The EXP30 Ultra drawer (feature 5888) that attaches to low-end Power machines costs $24,500 and the 387GB flash drives costs $6,200 a pop, but the feature EDR1 version of the EXP30 Ultra drawer that attaches to Power 770+ and 780+ machines costs $32,092 and the same flash drives cost $7,990 apiece. So on the low-end boxes, you are talking $207,500 for around 400,000 IOPS, or 52 cents per IOPS, while on the bigger Power7+ machines announced two weeks ago you will pay $271,792 for the same flash capacity and that will work out to 57 cents per IOPS because the price is rising faster than the IOPS.
Out of the gate, AIX 6.1 and 7.1 can drive the EXP30 Ultra drawer, as can Red Hat Enterprise Linux 5.7 or 6.3, SUSE Linux Enterprise Server 11 SP2, and IBM VIOS 184.108.40.206 (planned for December 19) and 220.127.116.11 (which is available now).
New disks, internal and removable
It wouldn’t be a fall server announcement without some sort of new disk drives for customers to slap into systems or enclosures, and this fall is no different with a new set of 900 GB disk features that spin at 10K RPM. IBM is offering 900 GB drives in the two slightly different 2.5-inch carrier formats (which it calls SFF-1 and SFF-2) formatted in 512 byte sectors and two 856 GB units with the same carrier options that are formatted with 528 byte sectors. Feature 1737 comes in the SFF-1 carrier and can be plugged into Power Systems machines directly if they have 2.5-inch slots, as well as feature 5802 and 5803 expansion drawers that hang off of 12X I/O loops; it costs $1,500. Feature 1738 comes with the SFF-2 carrier and can plug into Power Systems machines as well as the feature 5888 EXP24S expansion drawer; it also costs $1,500. The AIX/Linux equivalents of these two units are features 1751 and 1752, respectively, and they cost the same $1,500. You can reformat the drives to either format as needed at your site, by the way–the first time I’ve seen IBM admit this was possible. The drives require IBM i 7.1 or AIX 5.3, 6.1, or 7.1 among the IBM operating systems as well as SLES 10 or 11 or RHEL 5.7 or 6.X.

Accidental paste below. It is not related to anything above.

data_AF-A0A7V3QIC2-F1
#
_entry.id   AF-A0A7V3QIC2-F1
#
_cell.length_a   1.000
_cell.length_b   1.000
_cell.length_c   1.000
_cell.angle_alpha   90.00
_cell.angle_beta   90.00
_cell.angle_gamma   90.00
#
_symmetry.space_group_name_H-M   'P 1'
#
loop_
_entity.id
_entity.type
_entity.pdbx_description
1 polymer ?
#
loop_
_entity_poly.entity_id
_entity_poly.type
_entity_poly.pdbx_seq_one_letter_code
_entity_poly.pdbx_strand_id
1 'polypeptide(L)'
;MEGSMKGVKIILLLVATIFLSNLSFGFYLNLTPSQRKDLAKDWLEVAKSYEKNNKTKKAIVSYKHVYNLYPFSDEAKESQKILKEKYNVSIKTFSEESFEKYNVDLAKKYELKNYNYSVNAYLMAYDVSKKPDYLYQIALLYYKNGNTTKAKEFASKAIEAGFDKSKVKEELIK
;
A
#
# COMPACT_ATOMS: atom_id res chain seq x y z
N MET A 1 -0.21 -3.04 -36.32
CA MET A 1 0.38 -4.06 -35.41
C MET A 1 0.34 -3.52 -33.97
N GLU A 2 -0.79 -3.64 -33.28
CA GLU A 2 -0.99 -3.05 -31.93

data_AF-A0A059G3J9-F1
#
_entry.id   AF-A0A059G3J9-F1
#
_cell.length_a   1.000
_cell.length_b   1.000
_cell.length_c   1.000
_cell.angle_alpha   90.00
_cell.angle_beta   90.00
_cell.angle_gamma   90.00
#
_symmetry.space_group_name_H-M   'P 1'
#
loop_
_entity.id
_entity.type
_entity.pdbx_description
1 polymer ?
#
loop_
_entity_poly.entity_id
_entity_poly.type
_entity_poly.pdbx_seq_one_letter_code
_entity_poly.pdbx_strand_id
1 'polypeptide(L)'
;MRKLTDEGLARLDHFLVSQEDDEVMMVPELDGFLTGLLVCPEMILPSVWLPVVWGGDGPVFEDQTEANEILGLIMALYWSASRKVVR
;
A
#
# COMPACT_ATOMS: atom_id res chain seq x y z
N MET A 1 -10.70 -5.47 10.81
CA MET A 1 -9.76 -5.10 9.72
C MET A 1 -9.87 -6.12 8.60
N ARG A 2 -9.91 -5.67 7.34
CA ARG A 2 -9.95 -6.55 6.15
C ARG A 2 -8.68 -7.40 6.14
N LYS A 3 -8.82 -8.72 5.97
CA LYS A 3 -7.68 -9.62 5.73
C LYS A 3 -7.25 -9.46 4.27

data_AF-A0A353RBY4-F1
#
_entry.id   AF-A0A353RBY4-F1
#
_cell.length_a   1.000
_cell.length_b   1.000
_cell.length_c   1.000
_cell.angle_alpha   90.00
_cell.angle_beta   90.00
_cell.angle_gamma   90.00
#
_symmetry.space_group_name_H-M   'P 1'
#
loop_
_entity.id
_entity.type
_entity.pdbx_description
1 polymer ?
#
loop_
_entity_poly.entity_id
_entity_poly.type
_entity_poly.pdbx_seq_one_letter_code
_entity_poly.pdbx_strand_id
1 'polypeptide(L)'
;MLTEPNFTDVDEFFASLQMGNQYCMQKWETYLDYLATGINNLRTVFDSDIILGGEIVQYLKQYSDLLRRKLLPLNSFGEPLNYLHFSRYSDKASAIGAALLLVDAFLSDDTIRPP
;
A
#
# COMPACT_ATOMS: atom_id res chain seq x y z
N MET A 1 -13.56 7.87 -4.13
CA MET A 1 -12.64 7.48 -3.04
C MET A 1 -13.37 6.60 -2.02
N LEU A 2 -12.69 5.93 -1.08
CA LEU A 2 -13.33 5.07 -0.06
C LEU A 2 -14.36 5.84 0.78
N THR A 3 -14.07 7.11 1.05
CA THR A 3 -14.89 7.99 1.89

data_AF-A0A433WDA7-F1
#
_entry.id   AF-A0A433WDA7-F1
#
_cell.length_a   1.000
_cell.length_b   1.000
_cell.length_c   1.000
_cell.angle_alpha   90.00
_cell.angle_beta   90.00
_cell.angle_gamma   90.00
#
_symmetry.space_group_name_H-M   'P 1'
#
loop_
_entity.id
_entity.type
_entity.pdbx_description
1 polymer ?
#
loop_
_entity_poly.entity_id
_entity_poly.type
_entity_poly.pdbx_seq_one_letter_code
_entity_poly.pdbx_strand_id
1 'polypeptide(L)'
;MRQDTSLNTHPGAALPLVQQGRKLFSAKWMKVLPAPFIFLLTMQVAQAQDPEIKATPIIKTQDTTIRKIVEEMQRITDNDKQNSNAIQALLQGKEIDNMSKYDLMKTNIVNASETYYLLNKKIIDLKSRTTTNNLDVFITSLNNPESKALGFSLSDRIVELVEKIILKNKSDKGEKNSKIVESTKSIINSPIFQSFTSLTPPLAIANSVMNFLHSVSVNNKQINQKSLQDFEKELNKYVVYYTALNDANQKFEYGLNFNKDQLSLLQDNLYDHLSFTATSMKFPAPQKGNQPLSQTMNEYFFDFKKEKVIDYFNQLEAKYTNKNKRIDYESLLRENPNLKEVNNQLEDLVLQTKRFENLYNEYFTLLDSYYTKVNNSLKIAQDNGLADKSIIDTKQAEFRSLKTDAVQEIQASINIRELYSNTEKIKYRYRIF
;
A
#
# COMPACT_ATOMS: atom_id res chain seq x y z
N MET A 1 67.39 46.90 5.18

The RDX removable drive, which plugs into Power Systems machines through a USB port and which was updated with a 320 GB unit back in April, and now, after long last, with IBM i 7.1 TR5, this RDX drive as well as a much fatter and faster one can be used by the IBM i platform.
The new feature EU23 (Power 710 and 730), EU03 (Power 720, 740, 750, and 755), and EU04 (Power 710 through 780) RDX docking bays fit in a half-high storage bay and plug into a USB-3 port. A new SATA RDX docking station (feature EU07) is also supported on selected Power6 and Power7 machines running IBM i 6.1 or 7.1 in the high bay of the machine. The EU23 and EU03 units cost $225, while the EU04 and EU07 units cost $275.
Another tweak that is coming with IBM i 7.1 TR5 is that you can now use USB-attached DAT160 tape drives with IBM i, which you could do with AIX and Linux systems previous. IBM i’s use of DAT160 drives was restricted to SAS/SATA attachment up until now. Now you can attach the feature EU16 DAT160 tape drive to a Power 720, 740, or 750.
Another change is that IBM is allowing customers to hang adapters right off the GX++ slots to get around the bandwidth limitations of PCI-Express 1.0 peripheral slots in the older Power Systems boxes themselves and their expansion drawers. IBM is doing this first on the high-end Power 795 machine, which has four of the GX++ slots on each of its eight processor books, for a total of 32 slots. IBM is offering two different cards that can plug into the GX++ slots on the Power 795 machines.
The first is feature EN22, which is a two-port 10 Gigabit Ethernet adapter card that supports the Fibre Channel over Ethernet (FCoE) protocol and this can allow the Power 795 to talk directly over Ethernet to storage arrays without going through the 12X I/O loops, which split down the 20Gb/sec of bandwidth that comes out of the GX++ port. This card costs a whopping $12,000, so you really have to need it badly. The feature EN23 card that plugs into the GX++ slot is a two-port adapter as well, but this time it speaks 16Gb/sec Fibre Channel, again very useful for lashing the Power 795 server directly to storage. This one costs $13,000.